Re: Independent scientific publication - Why have journals at all?

From: Bruce Edmonds <b.edmonds_at_MMU.AC.UK>
Date: Mon, 8 Mar 1999 12:16:19 -0500

Where I think we agree:

1. What you call the organised process of review is largely irrelevant (review boards, journals etc.).

2. The advent of widely available word processing and internet access has cut many of the costs associated with journals, there is little reason why academics should pay a publisher to manage a journal for them - after all academics do almost all the work (reviewing, marking-up own papers, downloading, writing).

3. That the organisation of the review process (and mark-up of papers where it occurs) are the last major unsubsumed costs (cost of archiving being small).

4. That reviewer's time is precious and not to be squandered.

5. That readers need some system to help them find the quality papers from amongst the multitude, otherwise their time is wasted and they end up ill-informed.

6. That archives, rapid peer-commentary etc. have an important role in promoting active discussion of ideas.

7. That academics need some system to promote their work (if it is good) to others and gain recognition for it.

Where I think we disagree:

A) (most fundamentally) in our conceptions of the process of knowledge development. (I think) you have a foundationalist conception: each paper is checked and worked on until it can be relied on in the collective construction of knowledge (rather like building a wall out of bricks - you make sure each brick is sound before relying on it to support further such bricks). I have a more evolutionary picture in mind: academics are continually producing variations on ideas, experiments, studies, models etc. (both individually and as part of large ecologies), then selection pressures are applied so that (probably) the better will emerge.

B) I see the closed nature of the author-reviewer/editor revision process as somewhat of a hang-over from the days when considerable cost was expended in publishing. In my experience many such discussions are not about simple errors in established fact or poor presentation but involve issues of content and/or subject demarcation. Such discussion would be better as a public discussion rather than a private one where one discussant has power over another. Peer commentary of the type you have championed goes some way in this regard, but not all the way. I do not suppose that such closed-process reviews would disappear, but exist along side (and in competition with) the open evaluation-boards.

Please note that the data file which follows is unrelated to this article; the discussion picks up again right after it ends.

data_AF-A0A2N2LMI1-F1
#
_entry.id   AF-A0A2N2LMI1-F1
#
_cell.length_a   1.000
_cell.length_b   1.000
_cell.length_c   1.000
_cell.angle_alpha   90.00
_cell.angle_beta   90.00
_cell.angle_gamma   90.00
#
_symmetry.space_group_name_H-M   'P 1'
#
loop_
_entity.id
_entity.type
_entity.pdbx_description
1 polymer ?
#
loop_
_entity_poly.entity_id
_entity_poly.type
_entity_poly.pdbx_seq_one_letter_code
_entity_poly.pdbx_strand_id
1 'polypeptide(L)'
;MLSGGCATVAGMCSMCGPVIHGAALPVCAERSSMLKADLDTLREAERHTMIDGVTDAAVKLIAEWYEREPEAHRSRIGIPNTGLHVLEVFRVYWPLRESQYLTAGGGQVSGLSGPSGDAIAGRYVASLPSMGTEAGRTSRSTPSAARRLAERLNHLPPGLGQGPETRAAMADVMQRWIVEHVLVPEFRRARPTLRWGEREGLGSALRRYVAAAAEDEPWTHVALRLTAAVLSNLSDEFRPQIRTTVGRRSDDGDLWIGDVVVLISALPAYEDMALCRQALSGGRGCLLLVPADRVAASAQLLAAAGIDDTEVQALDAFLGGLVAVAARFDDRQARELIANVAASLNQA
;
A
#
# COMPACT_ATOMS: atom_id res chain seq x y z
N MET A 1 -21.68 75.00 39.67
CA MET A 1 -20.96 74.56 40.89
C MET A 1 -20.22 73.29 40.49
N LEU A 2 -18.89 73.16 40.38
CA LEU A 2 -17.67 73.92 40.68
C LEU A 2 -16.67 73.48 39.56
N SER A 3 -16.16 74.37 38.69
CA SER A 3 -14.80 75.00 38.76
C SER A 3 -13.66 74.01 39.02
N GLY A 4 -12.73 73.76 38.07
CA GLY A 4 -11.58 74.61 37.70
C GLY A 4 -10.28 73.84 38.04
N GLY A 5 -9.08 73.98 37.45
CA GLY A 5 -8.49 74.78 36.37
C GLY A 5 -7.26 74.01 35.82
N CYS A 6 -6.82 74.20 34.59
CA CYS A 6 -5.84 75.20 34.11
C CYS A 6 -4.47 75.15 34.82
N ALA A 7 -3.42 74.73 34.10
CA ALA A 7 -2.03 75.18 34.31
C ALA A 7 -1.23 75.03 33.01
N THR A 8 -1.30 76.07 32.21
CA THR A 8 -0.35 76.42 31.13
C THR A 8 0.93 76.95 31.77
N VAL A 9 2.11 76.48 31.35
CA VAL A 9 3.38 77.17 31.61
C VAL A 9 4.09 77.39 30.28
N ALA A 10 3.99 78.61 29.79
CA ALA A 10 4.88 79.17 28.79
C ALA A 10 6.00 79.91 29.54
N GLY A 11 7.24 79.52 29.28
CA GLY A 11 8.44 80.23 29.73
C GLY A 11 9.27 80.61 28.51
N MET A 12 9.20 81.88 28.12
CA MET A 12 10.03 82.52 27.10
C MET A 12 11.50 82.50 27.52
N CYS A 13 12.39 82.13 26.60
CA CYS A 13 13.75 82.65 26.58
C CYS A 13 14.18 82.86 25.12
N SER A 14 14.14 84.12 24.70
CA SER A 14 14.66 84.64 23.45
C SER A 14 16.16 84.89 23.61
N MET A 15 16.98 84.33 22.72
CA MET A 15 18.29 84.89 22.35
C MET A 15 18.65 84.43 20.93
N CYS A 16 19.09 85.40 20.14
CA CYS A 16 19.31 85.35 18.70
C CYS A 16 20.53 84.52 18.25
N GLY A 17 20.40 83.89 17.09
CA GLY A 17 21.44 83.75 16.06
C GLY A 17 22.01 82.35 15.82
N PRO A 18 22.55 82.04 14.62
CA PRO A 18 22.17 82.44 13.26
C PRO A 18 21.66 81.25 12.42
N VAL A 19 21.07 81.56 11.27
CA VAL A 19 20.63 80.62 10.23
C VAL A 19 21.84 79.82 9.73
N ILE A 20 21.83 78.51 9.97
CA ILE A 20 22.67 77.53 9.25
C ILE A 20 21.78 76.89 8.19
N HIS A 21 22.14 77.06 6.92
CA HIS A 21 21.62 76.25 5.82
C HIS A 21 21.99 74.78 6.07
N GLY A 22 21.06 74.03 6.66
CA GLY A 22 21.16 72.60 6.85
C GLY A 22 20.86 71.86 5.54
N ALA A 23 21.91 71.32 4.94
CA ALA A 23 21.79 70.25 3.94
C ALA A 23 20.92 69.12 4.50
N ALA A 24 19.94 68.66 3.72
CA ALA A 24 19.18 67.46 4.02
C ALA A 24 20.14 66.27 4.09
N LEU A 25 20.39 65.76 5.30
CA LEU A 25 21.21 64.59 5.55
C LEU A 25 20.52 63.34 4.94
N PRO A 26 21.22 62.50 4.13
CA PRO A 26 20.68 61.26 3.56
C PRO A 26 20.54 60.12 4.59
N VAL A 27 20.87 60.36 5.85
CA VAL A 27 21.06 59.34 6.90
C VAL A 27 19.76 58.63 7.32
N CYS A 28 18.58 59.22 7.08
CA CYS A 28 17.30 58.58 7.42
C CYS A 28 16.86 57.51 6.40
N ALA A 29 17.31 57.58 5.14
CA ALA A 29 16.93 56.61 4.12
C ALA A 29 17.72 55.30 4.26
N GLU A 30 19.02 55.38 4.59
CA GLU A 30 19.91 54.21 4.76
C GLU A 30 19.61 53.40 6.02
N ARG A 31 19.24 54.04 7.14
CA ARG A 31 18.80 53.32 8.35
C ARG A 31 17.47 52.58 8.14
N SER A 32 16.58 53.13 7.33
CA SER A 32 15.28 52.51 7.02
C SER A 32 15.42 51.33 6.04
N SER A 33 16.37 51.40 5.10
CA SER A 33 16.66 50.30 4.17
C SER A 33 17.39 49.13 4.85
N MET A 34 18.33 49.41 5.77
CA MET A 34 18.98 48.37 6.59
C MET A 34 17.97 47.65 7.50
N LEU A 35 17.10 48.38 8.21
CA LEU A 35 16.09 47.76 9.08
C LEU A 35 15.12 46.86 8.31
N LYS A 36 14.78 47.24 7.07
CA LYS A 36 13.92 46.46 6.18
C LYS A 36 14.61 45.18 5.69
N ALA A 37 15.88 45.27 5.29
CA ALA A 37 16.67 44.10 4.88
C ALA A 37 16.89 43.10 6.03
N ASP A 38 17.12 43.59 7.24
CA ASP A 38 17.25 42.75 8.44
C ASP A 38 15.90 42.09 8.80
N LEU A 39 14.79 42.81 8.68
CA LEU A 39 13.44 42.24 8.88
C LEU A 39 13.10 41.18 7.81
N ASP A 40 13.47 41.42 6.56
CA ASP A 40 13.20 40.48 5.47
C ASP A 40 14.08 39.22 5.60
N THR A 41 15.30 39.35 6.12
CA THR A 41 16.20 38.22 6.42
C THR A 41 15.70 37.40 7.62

C) I think that it would be useful to readers to have more ancillary information about a paper, beyond the published/not published duality. Of course, information about the content of the paper is paramount (title, author, institution, abstract, keywords, commentary, outline, references etc.), but there is far more that could be useful. Examples of such are: originality, importance, empirical content, accessibility to non-expert, clarity of argument, readability of language, presentation, amount of previous work assumed etc. These are regularly assessed by referees, both explicitly on many review forms and implicitly in comments, but this useful information is not usually imparted to aid the readers find the information they want. I know that a "star" system is crude (albeit less crude than the present system) - I am arguing for richer information to be made available to the reader, especially where it is in a form which could be utilised in database-style queries and user-specific settings.

D) The system where a single paper is judged once for all audiences belies the fact that the same paper will, in effect, be of a different quality for different audiences. If journals are not going to own and hold the papers, but concentrate on selecting them, then there is no reason why different boards should not review the same paper for different audiences. Some mechanism could easily be developed so people knew it was the same paper. I know that there is a current prohibition against repeat publication, but this is for reasons that are now defunct.

E) I do not think that my suggested system would end up with more work for reviewers. Authors will be wary of seeing their work get a low assessment in public and will adjust their output to suit. Also each board would quickly devise their own rules for limiting the amount of work to the right level.

F) I do not think it would end up with readers losing the reliability of sources of quality papers. I guess that a similar hierarchy of boards would spring up as journals, each offering different styles of assessment, browsing tools and review rigour (in fact I would guess there would be a greater variety than journals because the expertise in mark-up would not be needed). The top-end would undoubtedly be there.


There are already reviewing services of web-pages (e.g. Magellan or Encyclopaedia Brittanica), it is just that they have not been combined with paper archives and web-search engines. It is only a matter of time before they do. The explosion of available information and papers will hasten its appearence.

Debating which would be better is literally academic: if the systems were running side by side, readers, reviewers and authors would soon vote with their feet. The system would only adjust to the new if it suited people.
Received on Wed Feb 10 1999 - 19:17:43 GMT

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